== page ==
Giving is Selfish (And I recommend it)

In the wake of the ALS challenge, there has been much discussion on the effectiveness of such a campaign. Some call it Slacktivism, others are just annoyed that the videos are filling their Facebook Newsfeeds, displacing important cat memes (*raises hand sheepishly*), others even argue that it's just self-promotion.

And honestly, I myself have had reservations about the challenge. First -- the whole water thing was originally meant as a punishment for not giving but somehow it turned into what everyone did in addition to giving (which kind of makes giving miserable, which kind of seems like the wrong message to send if you are trying to make people want to give to charities...)  But seriously, I get the idea. But at this point I think it's gone on so long that we've passed the point of Raising Awareness and are solidly moving into the "If I see one more video I will vow NOT to give to charity until they stop" territory.

But you can't say that it hasn't raised money and awareness. I didn't know what ALS stood for before this! (and since my friend accidentally said she was donating to "ASL," maybe even the American Sign Language organization is getting money out of this deal too!)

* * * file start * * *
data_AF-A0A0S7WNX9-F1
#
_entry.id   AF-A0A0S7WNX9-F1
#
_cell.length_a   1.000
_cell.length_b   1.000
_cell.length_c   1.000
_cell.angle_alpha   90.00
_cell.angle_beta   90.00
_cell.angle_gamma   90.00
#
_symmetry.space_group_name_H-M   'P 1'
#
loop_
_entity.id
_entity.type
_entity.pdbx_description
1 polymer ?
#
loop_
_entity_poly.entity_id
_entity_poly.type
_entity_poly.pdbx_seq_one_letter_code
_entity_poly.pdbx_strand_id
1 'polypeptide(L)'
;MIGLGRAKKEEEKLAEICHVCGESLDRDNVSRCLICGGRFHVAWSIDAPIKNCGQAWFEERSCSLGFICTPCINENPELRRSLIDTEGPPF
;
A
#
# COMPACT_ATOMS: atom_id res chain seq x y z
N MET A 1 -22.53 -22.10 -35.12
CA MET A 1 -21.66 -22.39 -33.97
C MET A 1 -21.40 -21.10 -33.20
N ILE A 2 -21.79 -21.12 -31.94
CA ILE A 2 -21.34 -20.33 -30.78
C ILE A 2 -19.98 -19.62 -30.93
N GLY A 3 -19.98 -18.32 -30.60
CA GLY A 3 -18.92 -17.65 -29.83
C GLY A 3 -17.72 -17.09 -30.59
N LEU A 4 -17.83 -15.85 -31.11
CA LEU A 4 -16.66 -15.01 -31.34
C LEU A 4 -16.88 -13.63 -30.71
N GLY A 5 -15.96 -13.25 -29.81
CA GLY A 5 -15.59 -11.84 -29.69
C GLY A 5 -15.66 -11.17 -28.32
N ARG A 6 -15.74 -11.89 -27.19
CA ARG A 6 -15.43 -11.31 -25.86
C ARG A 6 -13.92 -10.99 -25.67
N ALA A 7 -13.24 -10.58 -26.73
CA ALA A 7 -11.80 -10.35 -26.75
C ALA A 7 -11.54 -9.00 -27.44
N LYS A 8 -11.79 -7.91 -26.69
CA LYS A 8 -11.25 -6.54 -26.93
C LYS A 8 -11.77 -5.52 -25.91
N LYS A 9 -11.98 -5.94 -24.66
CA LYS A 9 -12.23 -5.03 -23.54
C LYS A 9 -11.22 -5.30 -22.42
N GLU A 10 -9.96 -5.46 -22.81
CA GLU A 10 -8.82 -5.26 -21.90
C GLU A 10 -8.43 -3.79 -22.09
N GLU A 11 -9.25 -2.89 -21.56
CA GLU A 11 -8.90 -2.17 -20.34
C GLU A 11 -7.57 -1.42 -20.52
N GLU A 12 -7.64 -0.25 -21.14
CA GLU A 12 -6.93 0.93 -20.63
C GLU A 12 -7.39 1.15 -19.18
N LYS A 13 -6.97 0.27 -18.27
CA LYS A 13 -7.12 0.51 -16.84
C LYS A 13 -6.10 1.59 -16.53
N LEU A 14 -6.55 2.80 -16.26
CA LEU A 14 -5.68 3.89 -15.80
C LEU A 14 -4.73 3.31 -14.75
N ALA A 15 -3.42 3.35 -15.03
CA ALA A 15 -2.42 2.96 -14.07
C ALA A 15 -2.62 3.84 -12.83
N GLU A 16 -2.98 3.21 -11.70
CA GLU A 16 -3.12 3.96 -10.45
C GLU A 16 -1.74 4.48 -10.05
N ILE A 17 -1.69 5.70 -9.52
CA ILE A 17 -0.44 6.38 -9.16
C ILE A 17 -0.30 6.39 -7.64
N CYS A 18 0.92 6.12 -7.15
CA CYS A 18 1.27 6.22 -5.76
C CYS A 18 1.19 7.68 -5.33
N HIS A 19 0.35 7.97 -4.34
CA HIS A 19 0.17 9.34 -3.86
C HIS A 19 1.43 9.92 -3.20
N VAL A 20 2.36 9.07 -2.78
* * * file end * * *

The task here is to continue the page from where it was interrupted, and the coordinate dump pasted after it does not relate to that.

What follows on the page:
Have the videos made me pick this up as a new pet cause? No. But maybe for some people, it did.

(and as a bonus, the world was also given the gift of these gems. *giggle*)

And there's a behavioral science lesson that teaches that the act of making some gesture -- like signing a petition - actually changes our self-perception and we begin to see ourselves as someone who does things. Which in turn, makes you take a bigger action the next time. That's why people still use petitions. The piece of paper itself likely does absolutely nothing, but they've pulled a Jedi mind trick on you so that when they come back in a month or so and ask you to join a protest or donate money, you are more likely to do so. Because you signed a paper. That makes you someone who joins causes. Someone who takes action. So if you ignore a cause now, you're going against who you are as a person.